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Nat Med. 2016 May;22(5):479-87. doi: 10.1038/nm.4066. Epub 2016 Mar 28.

Spinal cord reconstitution with homologous neural grafts enables robust corticospinal regeneration.

Author information

1
Department of Neurosciences, University of California, San Diego, La Jolla, California, USA.
2
Department of Orthopaedic Surgery, Hokkaido University, Sapporo, Japan.
3
Veterans Administration San Diego Healthcare System, San Diego, California, USA.
4
Waisman Center, University of Wisconsin-Madison, Wisconsin, USA.
5
Department of Neuroscience, University of Wisconsin-Madison, Wisconsin, USA.
6
Department of Neurology, University of Wisconsin-Madison, Wisconsin, USA.

Abstract

The corticospinal tract (CST) is the most important motor system in humans, yet robust regeneration of this projection after spinal cord injury (SCI) has not been accomplished. In murine models of SCI, we report robust corticospinal axon regeneration, functional synapse formation and improved skilled forelimb function after grafting multipotent neural progenitor cells into sites of SCI. Corticospinal regeneration requires grafts to be driven toward caudalized (spinal cord), rather than rostralized, fates. Fully mature caudalized neural grafts also support corticospinal regeneration. Moreover, corticospinal axons can emerge from neural grafts and regenerate beyond the lesion, a process that is potentially related to the attenuation of the glial scar. Rat corticospinal axons also regenerate into human donor grafts of caudal spinal cord identity. Collectively, these findings indicate that spinal cord 'replacement' with homologous neural stem cells enables robust regeneration of the corticospinal projection within and beyond spinal cord lesion sites, achieving a major unmet goal of SCI research and offering new possibilities for clinical translation.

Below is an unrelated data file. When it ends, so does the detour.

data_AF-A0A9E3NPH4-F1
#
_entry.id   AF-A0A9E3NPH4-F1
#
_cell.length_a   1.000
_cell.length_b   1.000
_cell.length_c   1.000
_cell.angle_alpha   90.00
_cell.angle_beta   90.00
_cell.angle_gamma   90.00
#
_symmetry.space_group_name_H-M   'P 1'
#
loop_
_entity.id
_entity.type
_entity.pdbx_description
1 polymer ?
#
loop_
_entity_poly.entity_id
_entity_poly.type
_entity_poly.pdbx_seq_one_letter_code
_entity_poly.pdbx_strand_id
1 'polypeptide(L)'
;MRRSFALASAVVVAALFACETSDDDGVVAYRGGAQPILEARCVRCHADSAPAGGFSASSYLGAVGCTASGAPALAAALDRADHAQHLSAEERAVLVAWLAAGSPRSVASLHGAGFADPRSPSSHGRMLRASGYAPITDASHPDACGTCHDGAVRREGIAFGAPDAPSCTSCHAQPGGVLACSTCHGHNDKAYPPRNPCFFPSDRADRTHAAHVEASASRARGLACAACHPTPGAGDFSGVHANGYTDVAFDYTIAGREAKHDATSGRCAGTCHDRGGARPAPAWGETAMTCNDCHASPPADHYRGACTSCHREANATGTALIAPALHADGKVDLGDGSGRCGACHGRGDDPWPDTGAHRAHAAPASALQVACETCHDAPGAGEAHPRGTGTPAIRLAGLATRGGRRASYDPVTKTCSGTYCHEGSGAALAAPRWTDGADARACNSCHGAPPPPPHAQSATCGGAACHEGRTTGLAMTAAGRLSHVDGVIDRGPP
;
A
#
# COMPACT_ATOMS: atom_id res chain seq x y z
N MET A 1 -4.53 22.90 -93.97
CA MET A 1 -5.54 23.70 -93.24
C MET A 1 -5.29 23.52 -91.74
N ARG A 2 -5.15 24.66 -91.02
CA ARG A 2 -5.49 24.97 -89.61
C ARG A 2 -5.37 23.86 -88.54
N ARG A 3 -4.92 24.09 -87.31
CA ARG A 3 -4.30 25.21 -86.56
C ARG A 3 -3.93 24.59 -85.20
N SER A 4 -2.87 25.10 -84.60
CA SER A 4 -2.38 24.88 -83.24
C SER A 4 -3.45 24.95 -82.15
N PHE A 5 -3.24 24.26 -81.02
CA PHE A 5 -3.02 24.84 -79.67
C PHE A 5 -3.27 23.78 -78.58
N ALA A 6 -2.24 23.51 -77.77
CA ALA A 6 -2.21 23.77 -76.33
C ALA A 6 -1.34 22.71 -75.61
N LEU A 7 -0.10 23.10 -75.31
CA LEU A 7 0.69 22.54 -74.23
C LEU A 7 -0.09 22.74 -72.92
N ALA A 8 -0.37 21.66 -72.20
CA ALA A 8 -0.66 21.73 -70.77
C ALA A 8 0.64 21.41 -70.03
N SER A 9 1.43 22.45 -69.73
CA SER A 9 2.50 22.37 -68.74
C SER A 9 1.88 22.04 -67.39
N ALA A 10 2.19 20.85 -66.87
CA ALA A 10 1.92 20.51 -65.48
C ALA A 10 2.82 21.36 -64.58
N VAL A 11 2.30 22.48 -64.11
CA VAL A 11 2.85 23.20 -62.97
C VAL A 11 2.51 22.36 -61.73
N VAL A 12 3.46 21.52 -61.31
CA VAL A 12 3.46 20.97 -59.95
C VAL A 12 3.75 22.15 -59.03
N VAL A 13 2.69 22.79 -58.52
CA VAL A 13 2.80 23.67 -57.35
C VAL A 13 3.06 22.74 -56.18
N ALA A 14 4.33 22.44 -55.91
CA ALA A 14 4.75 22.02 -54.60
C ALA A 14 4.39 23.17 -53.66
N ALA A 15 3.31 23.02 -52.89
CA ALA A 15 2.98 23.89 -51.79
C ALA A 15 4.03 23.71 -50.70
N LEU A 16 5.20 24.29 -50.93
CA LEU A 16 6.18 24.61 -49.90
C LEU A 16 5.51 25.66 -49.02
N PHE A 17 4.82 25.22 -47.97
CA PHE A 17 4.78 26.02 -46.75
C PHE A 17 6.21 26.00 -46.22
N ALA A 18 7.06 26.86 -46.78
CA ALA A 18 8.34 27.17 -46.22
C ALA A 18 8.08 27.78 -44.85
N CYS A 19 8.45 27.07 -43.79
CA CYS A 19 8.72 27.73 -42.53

PMID:
27019328
PMCID:
PMC4860037
DOI:
10.1038/nm.4066
[Indexed for MEDLINE]
Free PMC Article

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